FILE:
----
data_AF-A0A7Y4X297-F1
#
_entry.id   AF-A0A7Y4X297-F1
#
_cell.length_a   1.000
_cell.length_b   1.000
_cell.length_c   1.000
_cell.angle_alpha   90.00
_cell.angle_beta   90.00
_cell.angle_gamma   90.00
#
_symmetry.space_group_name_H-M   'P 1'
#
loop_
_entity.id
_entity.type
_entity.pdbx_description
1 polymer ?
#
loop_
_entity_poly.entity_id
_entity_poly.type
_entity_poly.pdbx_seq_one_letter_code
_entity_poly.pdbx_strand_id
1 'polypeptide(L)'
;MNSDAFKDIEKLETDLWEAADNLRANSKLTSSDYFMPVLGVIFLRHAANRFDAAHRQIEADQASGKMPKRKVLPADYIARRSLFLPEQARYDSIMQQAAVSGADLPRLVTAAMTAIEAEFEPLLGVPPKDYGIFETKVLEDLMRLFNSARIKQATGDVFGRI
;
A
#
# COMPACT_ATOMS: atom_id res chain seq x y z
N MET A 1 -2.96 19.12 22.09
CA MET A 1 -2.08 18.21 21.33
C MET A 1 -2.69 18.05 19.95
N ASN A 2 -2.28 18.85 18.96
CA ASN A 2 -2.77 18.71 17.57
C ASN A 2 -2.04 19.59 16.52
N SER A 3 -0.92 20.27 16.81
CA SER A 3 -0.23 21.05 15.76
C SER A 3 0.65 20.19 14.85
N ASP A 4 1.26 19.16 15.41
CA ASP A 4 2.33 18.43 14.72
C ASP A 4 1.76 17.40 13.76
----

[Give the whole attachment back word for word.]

data_AF-A0A7Y4X297-F1
#
_entry.id   AF-A0A7Y4X297-F1
#
_cell.length_a   1.000
_cell.length_b   1.000
_cell.length_c   1.000
_cell.angle_alpha   90.00
_cell.angle_beta   90.00
_cell.angle_gamma   90.00
#
_symmetry.space_group_name_H-M   'P 1'
#
loop_
_entity.id
_entity.type
_entity.pdbx_description
1 polymer ?
#
loop_
_entity_poly.entity_id
_entity_poly.type
_entity_poly.pdbx_seq_one_letter_code
_entity_poly.pdbx_strand_id
1 'polypeptide(L)'
;MNSDAFKDIEKLETDLWEAADNLRANSKLTSSDYFMPVLGVIFLRHAANRFDAAHRQIEADQASGKMPKRKVLPADYIARRSLFLPEQARYDSIMQQAAVSGADLPRLVTAAMTAIEAEFEPLLGVPPKDYGIFETKVLEDLMRLFNSARIKQATGDVFGRI
;
A
#
# COMPACT_ATOMS: atom_id res chain seq x y z
N MET A 1 -2.96 19.12 22.09
CA MET A 1 -2.08 18.21 21.33
C MET A 1 -2.69 18.05 19.95
N ASN A 2 -2.28 18.85 18.96
CA ASN A 2 -2.77 18.71 17.57
C ASN A 2 -2.04 19.59 16.52
N SER A 3 -0.92 20.27 16.81
CA SER A 3 -0.23 21.05 15.76
C SER A 3 0.65 20.19 14.85
N ASP A 4 1.26 19.16 15.41
CA ASP A 4 2.33 18.43 14.72
C ASP A 4 1.76 17.40 13.76